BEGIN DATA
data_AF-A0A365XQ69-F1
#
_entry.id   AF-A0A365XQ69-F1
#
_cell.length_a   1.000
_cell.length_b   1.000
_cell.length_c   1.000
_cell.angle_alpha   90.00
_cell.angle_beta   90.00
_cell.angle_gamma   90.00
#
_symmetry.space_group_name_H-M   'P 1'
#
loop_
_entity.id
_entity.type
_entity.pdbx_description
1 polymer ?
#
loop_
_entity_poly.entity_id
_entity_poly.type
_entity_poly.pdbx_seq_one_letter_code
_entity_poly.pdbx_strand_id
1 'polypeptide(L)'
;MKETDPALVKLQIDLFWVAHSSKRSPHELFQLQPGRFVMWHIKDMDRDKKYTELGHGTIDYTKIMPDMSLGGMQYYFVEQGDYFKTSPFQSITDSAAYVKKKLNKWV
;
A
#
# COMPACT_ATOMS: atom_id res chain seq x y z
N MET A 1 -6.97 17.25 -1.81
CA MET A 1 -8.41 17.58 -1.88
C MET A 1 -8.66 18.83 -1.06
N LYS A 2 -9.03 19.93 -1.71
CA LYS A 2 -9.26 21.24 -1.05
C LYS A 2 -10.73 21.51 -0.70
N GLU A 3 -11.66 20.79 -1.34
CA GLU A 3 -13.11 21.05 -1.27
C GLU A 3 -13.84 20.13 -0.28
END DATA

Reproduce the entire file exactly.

data_AF-A0A365XQ69-F1
#
_entry.id   AF-A0A365XQ69-F1
#
_cell.length_a   1.000
_cell.length_b   1.000
_cell.length_c   1.000
_cell.angle_alpha   90.00
_cell.angle_beta   90.00
_cell.angle_gamma   90.00
#
_symmetry.space_group_name_H-M   'P 1'
#
loop_
_entity.id
_entity.type
_entity.pdbx_description
1 polymer ?
#
loop_
_entity_poly.entity_id
_entity_poly.type
_entity_poly.pdbx_seq_one_letter_code
_entity_poly.pdbx_strand_id
1 'polypeptide(L)'
;MKETDPALVKLQIDLFWVAHSSKRSPHELFQLQPGRFVMWHIKDMDRDKKYTELGHGTIDYTKIMPDMSLGGMQYYFVEQGDYFKTSPFQSITDSAAYVKKKLNKWV
;
A
#
# COMPACT_ATOMS: atom_id res chain seq x y z
N MET A 1 -6.97 17.25 -1.81
CA MET A 1 -8.41 17.58 -1.88
C MET A 1 -8.66 18.83 -1.06
N LYS A 2 -9.03 19.93 -1.71
CA LYS A 2 -9.26 21.24 -1.05
C LYS A 2 -10.73 21.51 -0.70
N GLU A 3 -11.66 20.79 -1.34
CA GLU A 3 -13.11 21.05 -1.27
C GLU A 3 -13.84 20.13 -0.28